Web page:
• Dosage will depend on the type of curcumin supplement and the underlying levels of inflammation. Dr. Nett will prescribe a higher dose during flares vs. a lower daily maintenance dose. She looks at bloodwork as well as patient symptoms when determining dosage.
    • Resource: Turmeric and Autoimmune Disease.
  • Quercetin (42:54)
    • Quercetin is another polyphenol found in small amounts in many plants. It has antioxidant, anti-inflammatory, anti-carcinogenic, and antihistamine benefits (by stabilizing mast cells). Here are some of the ways it can reduce inflammation: (1) It inhibits cox and lox enzymes from creating inflammatory compounds. (Aspirin is another example of a cox-inhibitor). (2) It blocks TNFa mediated inflammation, which is often active in autoimmune disease. (3) It inhibits matrix metalloproteinases, which are involved in chronic inflammation and disease progression. There’s also early research showing potential benefit for many different autoimmune diseases. Quercetin may also be helpful for seasonal allergies, virus infections, and histamine intolerance.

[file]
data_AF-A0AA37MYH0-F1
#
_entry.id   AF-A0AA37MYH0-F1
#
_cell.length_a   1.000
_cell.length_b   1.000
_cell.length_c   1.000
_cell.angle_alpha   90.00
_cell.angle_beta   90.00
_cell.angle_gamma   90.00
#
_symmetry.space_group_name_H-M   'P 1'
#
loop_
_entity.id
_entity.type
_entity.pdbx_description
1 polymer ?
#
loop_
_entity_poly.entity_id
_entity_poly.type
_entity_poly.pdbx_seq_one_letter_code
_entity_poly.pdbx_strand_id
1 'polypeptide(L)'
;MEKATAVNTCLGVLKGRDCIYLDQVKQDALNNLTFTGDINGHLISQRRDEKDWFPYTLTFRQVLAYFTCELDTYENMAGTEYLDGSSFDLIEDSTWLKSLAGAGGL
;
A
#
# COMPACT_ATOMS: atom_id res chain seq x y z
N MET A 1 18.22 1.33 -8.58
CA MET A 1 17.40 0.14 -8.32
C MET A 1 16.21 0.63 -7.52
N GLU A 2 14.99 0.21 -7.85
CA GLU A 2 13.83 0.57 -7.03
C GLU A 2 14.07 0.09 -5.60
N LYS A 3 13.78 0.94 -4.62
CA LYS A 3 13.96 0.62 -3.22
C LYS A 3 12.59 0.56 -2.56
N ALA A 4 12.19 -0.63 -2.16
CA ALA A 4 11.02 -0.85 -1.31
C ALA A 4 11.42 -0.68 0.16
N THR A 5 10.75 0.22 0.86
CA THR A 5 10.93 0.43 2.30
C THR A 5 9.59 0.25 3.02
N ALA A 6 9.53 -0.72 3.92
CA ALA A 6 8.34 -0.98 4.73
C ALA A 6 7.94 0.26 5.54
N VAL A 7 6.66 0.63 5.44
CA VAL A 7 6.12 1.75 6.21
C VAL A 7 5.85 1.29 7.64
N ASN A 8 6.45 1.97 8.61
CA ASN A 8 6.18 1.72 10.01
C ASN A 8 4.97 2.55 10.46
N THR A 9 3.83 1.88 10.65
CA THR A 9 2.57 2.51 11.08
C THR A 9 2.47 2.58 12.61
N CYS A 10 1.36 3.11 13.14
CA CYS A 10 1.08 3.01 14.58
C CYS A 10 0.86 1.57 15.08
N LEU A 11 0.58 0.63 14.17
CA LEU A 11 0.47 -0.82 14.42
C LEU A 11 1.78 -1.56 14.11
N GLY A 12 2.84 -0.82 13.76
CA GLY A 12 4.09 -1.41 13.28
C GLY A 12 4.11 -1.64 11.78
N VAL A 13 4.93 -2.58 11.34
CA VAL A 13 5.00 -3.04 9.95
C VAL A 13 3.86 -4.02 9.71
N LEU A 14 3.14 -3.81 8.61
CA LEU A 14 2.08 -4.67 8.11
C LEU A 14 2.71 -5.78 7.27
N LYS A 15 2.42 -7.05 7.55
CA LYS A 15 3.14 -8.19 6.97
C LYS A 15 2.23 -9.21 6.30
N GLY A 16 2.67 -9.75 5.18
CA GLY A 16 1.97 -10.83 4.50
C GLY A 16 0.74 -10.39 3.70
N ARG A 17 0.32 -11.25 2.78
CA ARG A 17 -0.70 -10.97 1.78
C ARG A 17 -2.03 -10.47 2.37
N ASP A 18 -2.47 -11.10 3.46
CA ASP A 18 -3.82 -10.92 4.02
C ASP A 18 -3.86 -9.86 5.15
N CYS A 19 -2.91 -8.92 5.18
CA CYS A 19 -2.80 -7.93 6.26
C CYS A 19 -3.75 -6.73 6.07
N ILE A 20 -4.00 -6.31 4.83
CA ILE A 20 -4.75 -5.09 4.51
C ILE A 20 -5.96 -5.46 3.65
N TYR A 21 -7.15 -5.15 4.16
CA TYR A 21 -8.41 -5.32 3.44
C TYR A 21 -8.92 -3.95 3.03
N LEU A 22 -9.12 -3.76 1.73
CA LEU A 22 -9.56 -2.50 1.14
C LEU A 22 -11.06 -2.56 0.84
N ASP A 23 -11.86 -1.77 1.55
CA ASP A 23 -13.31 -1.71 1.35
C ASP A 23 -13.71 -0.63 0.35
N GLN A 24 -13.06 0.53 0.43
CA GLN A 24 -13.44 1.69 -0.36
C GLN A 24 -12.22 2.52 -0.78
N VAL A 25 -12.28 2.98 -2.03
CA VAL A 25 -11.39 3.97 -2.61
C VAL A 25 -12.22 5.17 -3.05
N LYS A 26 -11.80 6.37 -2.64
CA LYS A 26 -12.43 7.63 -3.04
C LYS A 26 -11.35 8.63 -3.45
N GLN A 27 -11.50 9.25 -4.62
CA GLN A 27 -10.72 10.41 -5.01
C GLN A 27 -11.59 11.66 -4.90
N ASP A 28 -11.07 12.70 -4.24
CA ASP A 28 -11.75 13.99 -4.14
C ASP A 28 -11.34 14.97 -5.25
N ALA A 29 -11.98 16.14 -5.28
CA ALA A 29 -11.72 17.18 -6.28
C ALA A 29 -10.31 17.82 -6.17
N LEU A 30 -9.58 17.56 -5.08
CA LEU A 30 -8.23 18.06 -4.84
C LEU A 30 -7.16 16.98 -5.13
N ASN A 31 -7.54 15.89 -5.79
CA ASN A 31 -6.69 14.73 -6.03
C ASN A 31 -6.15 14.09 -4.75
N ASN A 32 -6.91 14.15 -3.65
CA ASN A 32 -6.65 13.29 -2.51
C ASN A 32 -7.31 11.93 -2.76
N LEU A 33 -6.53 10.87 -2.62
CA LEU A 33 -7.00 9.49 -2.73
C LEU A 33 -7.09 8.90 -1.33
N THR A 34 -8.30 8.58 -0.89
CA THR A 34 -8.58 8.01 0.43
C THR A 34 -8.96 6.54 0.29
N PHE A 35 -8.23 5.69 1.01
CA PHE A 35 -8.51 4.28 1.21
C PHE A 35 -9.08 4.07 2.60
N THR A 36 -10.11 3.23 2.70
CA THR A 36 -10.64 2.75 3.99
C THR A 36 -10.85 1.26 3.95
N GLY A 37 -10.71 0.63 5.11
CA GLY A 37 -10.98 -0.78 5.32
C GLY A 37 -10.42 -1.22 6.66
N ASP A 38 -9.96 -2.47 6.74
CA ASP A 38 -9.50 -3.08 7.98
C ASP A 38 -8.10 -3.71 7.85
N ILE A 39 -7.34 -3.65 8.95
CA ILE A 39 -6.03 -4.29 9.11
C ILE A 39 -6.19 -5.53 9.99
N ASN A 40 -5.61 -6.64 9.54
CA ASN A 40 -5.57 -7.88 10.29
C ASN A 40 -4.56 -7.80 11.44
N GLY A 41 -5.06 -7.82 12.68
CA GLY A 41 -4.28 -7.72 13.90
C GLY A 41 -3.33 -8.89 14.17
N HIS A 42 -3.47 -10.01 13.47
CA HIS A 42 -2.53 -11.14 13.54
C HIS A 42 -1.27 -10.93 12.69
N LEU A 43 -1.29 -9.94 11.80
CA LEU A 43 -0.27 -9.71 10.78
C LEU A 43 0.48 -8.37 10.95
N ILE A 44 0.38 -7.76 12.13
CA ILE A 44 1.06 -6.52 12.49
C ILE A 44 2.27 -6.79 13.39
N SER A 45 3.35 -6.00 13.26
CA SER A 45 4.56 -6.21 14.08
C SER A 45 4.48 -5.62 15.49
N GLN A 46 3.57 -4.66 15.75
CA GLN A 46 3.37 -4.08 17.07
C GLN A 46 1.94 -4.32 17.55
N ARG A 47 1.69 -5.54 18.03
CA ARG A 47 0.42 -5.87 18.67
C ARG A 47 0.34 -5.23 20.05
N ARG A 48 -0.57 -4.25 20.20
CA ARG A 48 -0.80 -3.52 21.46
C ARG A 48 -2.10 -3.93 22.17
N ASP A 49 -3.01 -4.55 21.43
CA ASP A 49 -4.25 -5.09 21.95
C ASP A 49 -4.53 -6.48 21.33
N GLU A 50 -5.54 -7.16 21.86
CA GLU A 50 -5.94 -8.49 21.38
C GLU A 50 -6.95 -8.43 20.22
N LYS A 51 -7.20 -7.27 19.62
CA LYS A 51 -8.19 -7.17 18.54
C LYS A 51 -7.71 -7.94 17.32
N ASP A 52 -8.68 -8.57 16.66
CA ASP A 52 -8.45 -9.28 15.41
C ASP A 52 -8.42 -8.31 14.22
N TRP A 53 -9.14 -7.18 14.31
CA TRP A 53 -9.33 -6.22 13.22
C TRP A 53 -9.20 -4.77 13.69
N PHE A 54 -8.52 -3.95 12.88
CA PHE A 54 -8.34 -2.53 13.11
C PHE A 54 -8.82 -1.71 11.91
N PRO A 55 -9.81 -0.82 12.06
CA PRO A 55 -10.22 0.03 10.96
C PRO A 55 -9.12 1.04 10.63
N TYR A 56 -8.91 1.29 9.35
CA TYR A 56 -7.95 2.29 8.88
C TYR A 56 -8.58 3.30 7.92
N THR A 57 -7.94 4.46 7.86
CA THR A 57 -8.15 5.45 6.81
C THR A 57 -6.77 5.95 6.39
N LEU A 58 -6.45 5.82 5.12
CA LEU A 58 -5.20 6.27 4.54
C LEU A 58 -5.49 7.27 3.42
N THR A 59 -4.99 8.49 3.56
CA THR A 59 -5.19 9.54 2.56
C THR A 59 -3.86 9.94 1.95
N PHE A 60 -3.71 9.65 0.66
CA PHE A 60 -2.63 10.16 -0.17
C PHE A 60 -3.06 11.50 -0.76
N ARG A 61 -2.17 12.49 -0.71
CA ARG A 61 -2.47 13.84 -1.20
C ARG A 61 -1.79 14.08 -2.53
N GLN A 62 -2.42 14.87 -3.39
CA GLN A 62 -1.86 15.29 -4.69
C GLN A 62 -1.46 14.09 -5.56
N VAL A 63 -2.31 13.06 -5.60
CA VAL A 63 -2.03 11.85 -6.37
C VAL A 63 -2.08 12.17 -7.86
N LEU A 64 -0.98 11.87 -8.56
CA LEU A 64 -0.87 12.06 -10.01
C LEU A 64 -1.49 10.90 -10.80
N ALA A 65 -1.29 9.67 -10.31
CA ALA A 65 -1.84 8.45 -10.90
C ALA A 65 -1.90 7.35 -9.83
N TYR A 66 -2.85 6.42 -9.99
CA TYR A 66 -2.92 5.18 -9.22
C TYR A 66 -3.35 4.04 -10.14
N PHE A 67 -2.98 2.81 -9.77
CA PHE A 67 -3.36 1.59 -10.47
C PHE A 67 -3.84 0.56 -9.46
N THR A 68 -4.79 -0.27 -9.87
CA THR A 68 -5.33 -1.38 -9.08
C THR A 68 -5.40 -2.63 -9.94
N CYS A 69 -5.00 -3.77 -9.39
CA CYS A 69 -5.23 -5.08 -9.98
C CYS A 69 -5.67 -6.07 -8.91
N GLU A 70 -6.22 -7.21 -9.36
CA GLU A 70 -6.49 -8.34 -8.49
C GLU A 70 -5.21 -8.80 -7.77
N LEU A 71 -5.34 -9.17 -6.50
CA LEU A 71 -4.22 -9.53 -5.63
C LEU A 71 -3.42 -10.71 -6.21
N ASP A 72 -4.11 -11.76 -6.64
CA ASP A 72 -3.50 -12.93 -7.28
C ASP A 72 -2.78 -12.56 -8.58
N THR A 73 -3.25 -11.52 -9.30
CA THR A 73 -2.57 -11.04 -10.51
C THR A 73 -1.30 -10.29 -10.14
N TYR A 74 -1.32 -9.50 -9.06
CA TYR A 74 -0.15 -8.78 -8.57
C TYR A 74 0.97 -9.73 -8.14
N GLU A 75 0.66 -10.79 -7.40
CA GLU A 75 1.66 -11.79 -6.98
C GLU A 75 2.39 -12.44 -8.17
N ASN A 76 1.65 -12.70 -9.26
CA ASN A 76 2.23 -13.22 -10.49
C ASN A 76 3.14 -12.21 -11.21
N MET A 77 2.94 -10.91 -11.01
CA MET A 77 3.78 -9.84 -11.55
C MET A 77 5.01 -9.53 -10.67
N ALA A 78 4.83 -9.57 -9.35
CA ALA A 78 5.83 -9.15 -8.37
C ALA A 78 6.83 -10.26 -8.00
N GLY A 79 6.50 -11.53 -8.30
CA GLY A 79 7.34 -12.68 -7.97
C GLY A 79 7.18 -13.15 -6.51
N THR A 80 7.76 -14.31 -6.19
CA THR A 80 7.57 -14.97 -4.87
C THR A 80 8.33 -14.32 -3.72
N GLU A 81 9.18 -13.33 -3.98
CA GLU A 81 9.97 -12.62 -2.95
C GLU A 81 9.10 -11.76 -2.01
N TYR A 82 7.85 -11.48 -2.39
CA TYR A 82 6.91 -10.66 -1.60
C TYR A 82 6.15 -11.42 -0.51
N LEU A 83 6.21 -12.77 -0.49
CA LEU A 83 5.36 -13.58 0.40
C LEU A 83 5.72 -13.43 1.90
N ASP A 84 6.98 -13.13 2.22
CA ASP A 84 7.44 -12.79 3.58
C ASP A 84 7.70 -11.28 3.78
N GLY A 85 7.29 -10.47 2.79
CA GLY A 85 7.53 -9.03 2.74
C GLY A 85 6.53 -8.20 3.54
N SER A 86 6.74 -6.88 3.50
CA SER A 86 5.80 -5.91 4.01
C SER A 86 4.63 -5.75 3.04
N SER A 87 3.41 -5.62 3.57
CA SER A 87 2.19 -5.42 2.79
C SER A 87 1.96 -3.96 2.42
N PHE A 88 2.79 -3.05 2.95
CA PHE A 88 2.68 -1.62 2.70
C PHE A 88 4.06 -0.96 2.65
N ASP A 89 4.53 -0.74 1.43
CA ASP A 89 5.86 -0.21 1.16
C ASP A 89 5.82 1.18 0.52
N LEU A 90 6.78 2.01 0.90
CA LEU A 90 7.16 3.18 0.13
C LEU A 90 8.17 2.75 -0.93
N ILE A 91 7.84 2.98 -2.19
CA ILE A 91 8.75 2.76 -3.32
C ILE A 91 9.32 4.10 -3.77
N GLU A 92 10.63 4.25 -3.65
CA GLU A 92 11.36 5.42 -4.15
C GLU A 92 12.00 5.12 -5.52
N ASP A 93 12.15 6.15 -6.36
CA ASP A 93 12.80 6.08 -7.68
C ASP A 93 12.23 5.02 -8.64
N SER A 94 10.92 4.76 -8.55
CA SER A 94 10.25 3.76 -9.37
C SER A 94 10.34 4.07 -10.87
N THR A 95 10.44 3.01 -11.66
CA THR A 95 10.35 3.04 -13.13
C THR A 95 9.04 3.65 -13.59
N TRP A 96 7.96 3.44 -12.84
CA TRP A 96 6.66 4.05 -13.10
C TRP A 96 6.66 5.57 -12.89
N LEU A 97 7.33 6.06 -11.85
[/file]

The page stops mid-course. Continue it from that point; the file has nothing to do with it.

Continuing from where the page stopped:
• There isn’t enough quercetin in food sources to get a medicinal benefit. Like curcumin, it isn’t naturally bioavailable. To harness its therapeutic effects, supplementation is necessary. That said, Dr. Nett recommends everyone eat 8-10 cups of vegetables daily as the foundation of a healing diet. Vegetables and herbs contain many beneficial polyphenols like quercetin that work in combination to support our health.